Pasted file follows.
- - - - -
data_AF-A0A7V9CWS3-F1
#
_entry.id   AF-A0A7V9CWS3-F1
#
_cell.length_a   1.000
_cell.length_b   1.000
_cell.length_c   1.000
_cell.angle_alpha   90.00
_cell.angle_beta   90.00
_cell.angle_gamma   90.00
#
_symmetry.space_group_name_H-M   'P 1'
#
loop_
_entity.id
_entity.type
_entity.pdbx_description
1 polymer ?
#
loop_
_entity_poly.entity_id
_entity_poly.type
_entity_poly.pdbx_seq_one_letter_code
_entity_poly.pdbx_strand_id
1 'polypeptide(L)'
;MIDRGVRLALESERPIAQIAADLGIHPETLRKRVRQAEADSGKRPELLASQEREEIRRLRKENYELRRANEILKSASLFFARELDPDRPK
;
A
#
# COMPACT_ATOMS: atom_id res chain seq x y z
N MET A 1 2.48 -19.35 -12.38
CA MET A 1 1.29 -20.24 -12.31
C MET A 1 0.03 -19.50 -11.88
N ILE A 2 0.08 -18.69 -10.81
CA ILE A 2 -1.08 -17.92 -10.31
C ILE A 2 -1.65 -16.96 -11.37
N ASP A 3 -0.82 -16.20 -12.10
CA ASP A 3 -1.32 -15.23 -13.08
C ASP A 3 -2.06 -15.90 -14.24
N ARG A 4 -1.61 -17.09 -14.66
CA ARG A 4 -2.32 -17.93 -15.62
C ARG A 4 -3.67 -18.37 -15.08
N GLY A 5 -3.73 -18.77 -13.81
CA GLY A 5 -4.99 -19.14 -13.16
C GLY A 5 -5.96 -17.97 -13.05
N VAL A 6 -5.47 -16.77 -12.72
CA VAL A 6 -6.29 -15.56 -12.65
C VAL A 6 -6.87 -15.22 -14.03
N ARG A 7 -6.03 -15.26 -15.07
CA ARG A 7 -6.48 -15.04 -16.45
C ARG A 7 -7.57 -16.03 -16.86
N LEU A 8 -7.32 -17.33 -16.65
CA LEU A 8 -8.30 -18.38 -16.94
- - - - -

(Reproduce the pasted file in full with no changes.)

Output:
data_AF-A0A7V9CWS3-F1
#
_entry.id   AF-A0A7V9CWS3-F1
#
_cell.length_a   1.000
_cell.length_b   1.000
_cell.length_c   1.000
_cell.angle_alpha   90.00
_cell.angle_beta   90.00
_cell.angle_gamma   90.00
#
_symmetry.space_group_name_H-M   'P 1'
#
loop_
_entity.id
_entity.type
_entity.pdbx_description
1 polymer ?
#
loop_
_entity_poly.entity_id
_entity_poly.type
_entity_poly.pdbx_seq_one_letter_code
_entity_poly.pdbx_strand_id
1 'polypeptide(L)'
;MIDRGVRLALESERPIAQIAADLGIHPETLRKRVRQAEADSGKRPELLASQEREEIRRLRKENYELRRANEILKSASLFFARELDPDRPK
;
A
#
# COMPACT_ATOMS: atom_id res chain seq x y z
N MET A 1 2.48 -19.35 -12.38
CA MET A 1 1.29 -20.24 -12.31
C MET A 1 0.03 -19.50 -11.88
N ILE A 2 0.08 -18.69 -10.81
CA ILE A 2 -1.08 -17.92 -10.31
C ILE A 2 -1.65 -16.96 -11.37
N ASP A 3 -0.82 -16.20 -12.10
CA ASP A 3 -1.32 -15.23 -13.08
C ASP A 3 -2.06 -15.90 -14.24
N ARG A 4 -1.61 -17.09 -14.66
CA ARG A 4 -2.32 -17.93 -15.62
C ARG A 4 -3.67 -18.37 -15.08
N GLY A 5 -3.73 -18.77 -13.81
CA GLY A 5 -4.99 -19.14 -13.16
C GLY A 5 -5.96 -17.97 -13.05
N VAL A 6 -5.47 -16.77 -12.72
CA VAL A 6 -6.29 -15.56 -12.65
C VAL A 6 -6.87 -15.22 -14.03
N ARG A 7 -6.03 -15.26 -15.07
CA ARG A 7 -6.48 -15.04 -16.45
C ARG A 7 -7.57 -16.03 -16.86
N LEU A 8 -7.32 -17.33 -16.65
CA LEU A 8 -8.30 -18.38 -16.94